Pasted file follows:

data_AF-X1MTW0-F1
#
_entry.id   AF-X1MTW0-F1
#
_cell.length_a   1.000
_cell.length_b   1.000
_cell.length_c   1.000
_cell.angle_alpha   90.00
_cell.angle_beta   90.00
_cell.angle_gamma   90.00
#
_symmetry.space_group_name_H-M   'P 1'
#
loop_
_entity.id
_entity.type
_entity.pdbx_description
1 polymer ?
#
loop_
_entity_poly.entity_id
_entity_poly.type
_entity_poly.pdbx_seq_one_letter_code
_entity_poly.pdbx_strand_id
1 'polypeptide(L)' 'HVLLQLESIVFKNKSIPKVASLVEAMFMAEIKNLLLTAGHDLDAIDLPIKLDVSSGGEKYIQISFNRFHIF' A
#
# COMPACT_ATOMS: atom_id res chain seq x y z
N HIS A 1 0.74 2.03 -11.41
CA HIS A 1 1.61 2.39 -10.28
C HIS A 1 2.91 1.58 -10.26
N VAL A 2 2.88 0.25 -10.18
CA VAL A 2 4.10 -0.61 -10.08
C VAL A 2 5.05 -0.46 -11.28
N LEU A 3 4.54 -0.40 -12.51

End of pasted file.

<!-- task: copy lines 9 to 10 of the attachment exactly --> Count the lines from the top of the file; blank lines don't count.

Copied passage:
_cell.angle_beta   90.00
_cell.angle_gamma   90.00